If you want to cast your eye on what a true marketing cock up looks like then you don’t have to look much further than the International Stadiums Poker Tour (ISPT) before the lads from Dusk Till Dawn (DTD) flew in and saved the day. If the ISPT was a DIY shop you would have walked in asking for a hammer and walked away with a drill, and this is part of the problem that Ultimate Poker now has. The picture that everyone connected with the site promised the public has just not materialized. In addition, not only does their name almost mirror that of the famous site that stole millions from their players, but they chose to do business with IOVation, the player verification service set up by Greg Pierson that provided Ultimate Bet’s software, and lest we not forget, the infamous ‘God Mode’ that Russ Hamilton used to prey upon his defenseless victims. Ultimate Poker has since severed ties with IOVation after the news spread on 2+2, but why on earth did they allow the partnership to even begin? Is it a secret that online poker players have been stiffed left, right and center?

2+2 forum poster, Topdog87 states: “this site is a joke…extremely sub-par software…terrible judgment(GP)…worse name…client crashes on the regular…location issues…phone issues…tourneys cancelled mid-way thru…WHAT A JOKE….please WSOP.com…get out to market with something that resembles PS or FTP, “ before continuing, “I’ve been following this thread since UP launched…i just cant believe how stupid poker players are…that they are willing to deal with all this 2nd rate service/software just to play…i don’t know about u but seeing two nine of spades on a flop is pretty bad imho…but hey…they are working it out…NOT…this site is history.”

Despite admitting that he hasn’t even played a hand on Ultimate Poker, Topdog87 does raise two very important points. As the world economy continues to splutter, companies are driving cost out of their business to the detriment of service. The decision makers are blind. In their desperation for a balance sheet that looks great right now; they fail to see that the lack of customer service will likely result in a significant loss of profits further down the line. This irresponsible attitude has left the world with possibly the worse customer service it has ever witnessed, and it has reached such a level that we now expect it. It has become the norm. As the ISPT and Ultimate Poker will prove. People will put up with anything and this is especially true if it’s the only thing on offer. Why else would millions of people be driving the movie and music industry out of business by choosing to watch, and listen, to second-rate products? It seems Ultimate Poker can screw up as many times as they want and we will still look lovingly into their eyes.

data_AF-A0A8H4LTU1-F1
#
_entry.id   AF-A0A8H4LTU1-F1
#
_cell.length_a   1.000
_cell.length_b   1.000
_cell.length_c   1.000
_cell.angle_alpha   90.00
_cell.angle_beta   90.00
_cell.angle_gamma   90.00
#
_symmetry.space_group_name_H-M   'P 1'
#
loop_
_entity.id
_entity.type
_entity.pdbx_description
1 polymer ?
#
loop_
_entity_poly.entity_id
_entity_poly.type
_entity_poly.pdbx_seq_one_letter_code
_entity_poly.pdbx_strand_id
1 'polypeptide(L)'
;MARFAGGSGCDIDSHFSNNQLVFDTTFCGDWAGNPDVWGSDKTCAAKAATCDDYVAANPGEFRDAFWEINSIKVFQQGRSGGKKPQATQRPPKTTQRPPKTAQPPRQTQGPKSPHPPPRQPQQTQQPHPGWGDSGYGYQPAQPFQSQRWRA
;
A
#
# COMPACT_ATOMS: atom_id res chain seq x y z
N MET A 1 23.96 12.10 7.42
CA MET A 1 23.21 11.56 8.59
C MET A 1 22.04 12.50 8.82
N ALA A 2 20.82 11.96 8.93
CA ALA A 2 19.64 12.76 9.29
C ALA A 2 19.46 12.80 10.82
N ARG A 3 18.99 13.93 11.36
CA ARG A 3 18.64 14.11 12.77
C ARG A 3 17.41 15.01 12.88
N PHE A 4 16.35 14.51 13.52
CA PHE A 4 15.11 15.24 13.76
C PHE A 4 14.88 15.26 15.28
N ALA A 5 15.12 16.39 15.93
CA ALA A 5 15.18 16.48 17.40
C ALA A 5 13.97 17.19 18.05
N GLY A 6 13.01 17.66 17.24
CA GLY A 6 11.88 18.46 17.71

My second point concerns Topdog’s plea for WSOP.com to enter the market with something that resembles the PokerStars or Full Tilt client, and it takes me back to my initial point when I challenge the decision to be first into the market and ask ‘at what price?’

The Ultimate Poker site rep on 2+2 called Dax – who should be knighted for answering so many complaints – said that they are going through what is known as a ’30-day field trial,’ so the Nevada Gaming Control Board can check that everything is hunky-dory, hence the reason so many of these issues cannot be immediately rectified. But there are now 190+ pages on 2+2 that WSOP.com and any other online poker operator can use to their advantage to make sure they don’t make the same mistakes. Being the first out there means you will always be used as the yardstick when the new kids come on the block. This is why I believe sacrificing quality in order to be the first into the market is going to be a mistake that will be magnified when their competitors push their products through the door.

“Just because something doesn’t do what you planned it to do doesn’t mean it’s useless.” Thomas Edison